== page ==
One of the National Aerospace Library’s goldmines is our pamphlet collection. It contains marketing and technical material from around the world. Much of the material was issued by the great names in aircraft manufacturing such as Junkers, Handley Page, Hawker Siddeley and De Havilland. We also have reports from the Air Ministry, Ministry of Munitions and Ministry of Aircraft Production, early airline timetables, aeronautical research papers and much, much more. As with all of us, as they have got older, they have acquired some aches and pains - a snagged cover here, a rusty staple there, etc. So late last year we started a project to help stabilise our delicate material so it would be around for future generations of researchers.
In the depths of December, a group of intrepid volunteers from the RAeS Farnborough Branch turned up for a day's training course at the National Aerospace Library. Thanks to some help from the RAeS Foundation we had all the equipment that the group required and the National Trust’s Adviser on Libraries Conservation, Caroline Bendix, as our trainer, to give us all the key skills we needed. What became apparent was that this was not an ordinary assignment for Caroline. Normally faced with the cream of National Trust volunteers, she was not used to a group of retired aeronautical engineers, model makers and aero enthusiasts asking questions relating to feathering techniques and the strengths of differing materials – these were not the typical questions raised at Blickling Hall or Cragside!
Despite this our volunteers' skills and experiences have really enhanced the project whether by using magnets to identify stainless steel staples that will not rust and do not need replacing or using a drill to make cleaner, smaller and more accurate holes in paper that a needle could ever do. As Caroline said, drills are not normal conservation equipment but they have worked really well for us!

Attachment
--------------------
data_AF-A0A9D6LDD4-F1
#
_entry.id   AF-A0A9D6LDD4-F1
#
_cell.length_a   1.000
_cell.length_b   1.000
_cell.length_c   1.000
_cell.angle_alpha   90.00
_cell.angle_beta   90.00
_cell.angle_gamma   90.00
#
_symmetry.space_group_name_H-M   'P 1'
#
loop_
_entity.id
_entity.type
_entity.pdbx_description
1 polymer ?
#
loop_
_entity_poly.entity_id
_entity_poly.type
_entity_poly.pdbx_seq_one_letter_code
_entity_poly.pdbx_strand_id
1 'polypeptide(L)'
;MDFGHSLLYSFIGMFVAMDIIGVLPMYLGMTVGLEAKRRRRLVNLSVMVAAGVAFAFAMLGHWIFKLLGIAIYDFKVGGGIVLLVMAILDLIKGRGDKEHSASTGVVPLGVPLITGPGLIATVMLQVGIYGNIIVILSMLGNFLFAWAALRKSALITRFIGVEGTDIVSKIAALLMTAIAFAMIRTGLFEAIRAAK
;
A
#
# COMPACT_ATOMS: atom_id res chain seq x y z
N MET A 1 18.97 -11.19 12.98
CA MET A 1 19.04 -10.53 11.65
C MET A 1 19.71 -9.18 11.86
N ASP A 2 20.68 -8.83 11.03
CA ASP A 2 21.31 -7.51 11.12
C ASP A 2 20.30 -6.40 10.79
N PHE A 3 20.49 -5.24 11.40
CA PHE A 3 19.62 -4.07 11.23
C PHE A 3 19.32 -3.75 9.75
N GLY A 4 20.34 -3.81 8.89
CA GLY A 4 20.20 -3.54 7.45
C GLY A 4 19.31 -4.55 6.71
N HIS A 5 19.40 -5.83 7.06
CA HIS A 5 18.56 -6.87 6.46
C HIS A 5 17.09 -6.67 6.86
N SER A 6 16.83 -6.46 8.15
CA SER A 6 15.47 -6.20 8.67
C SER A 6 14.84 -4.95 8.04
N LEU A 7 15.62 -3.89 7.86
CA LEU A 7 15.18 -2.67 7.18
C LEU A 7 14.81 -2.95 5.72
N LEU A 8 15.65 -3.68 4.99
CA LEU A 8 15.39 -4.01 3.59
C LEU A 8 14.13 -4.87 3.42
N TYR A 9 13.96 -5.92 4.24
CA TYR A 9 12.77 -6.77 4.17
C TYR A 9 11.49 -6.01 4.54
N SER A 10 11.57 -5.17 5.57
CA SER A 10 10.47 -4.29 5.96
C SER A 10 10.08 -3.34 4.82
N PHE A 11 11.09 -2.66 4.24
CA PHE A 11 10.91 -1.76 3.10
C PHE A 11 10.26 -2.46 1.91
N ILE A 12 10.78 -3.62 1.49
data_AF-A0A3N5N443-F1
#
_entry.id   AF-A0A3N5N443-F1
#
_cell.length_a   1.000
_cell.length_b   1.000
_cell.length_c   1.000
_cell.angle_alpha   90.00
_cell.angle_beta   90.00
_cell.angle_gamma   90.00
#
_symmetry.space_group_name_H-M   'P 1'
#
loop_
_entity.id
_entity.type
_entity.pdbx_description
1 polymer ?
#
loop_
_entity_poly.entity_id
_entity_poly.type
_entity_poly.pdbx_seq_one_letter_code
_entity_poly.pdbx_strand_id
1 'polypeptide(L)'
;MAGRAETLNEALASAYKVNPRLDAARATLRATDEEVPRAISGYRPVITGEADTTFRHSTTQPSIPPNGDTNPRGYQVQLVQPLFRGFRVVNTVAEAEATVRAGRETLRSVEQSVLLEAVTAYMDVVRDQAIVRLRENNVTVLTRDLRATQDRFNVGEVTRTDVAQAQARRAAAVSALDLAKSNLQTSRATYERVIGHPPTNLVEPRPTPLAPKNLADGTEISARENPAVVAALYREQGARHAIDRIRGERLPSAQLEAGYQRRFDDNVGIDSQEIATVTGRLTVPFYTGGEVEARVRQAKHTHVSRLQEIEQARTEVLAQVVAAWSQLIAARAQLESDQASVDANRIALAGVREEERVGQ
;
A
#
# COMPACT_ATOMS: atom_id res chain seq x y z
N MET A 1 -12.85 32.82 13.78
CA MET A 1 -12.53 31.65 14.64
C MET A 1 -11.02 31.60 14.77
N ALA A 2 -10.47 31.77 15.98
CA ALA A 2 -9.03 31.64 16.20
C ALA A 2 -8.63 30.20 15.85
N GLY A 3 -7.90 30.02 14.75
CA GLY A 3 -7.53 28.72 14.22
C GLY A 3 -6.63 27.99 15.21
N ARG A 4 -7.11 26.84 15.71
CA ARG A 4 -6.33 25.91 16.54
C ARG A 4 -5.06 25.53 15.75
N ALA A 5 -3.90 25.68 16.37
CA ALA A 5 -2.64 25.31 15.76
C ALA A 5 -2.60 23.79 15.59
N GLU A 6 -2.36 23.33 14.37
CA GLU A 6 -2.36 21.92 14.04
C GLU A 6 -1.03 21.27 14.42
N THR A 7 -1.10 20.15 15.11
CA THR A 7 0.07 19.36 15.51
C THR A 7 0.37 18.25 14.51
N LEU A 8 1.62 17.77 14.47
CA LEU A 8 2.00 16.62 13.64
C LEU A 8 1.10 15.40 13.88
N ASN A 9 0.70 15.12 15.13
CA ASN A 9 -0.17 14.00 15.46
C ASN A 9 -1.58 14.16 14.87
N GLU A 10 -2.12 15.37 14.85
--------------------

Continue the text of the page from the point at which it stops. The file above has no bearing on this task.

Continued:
So what is our band of volunteers doing? A typical donation to the NAL was a 1913 Aerial Derby programme. Packed with photographs, maps and biographical snapshots of competitors and manufactures, it paints an amazing picture of the intrepid days of early aviation. However, rusting staples had started to eat away at the paper and the covers had become torn and scuffed.
So our volunteers removed the rusty staples, cleaned the pages, repaired the tears and holes and then re-sewed the pamphlet. Once placed in an acid-buffered envelope and a box, it should be available for researchers and enthusiasts for many decades to come.
However, some of the material we have found is beyond our volunteers’ training. We have found a large number of books that require professional work and so we have put many of these items into our Adopt a Book appeal. The RAeS Foundation grant also enabled us to buy some box board and inert polyester which allows our librarians to make boxes and covers to help protect some of our other delicate material.
As well as a steady supply of coffee, our volunteers have enjoyed working with a steady stream of amazing and sometimes weird material. A technical report that described experiments using circular runways caused a lot of discussion and so did experiments showing that supersonic aircraft did not seriously harm the built environment. Recently we discovered a plan of a D shaped aeroplane which someone pointed out would have saved Armstrong-Whitworth a large amount of money when they were sued by an American company after the Second World War for “copying” their D shaped aircraft designs – our plan dates from 1932. We’ve also enjoyed repairing some beautifully designed marketing material from Rolls-Royce, though the US Government Printing Office’s use of large industrial staples has not won many friends in the Farnborough area. However, the big danger is getting too caught reading some of the amazing material rather than repairing it. Perhaps the toughest assignment was attending our Volunteer Garden Party. It was a tough job celebrating our work whilst job sitting in the sunshine, drinking tea, eating home-made cake and watching the aircraft taking off and landing at Farnbrough Tag Airport – but somebody had to do it.
After seven months the project is going very well. We have filled over 100 pamphlet boxes and reviewed around 30% of our reserve collection, this means that we should be ready to move onto other parts of the collection in around two years. Until they read this our volunteers haven’t known that we have a separate pamphlet collection to investigate and around 40,000 technical reports still to do!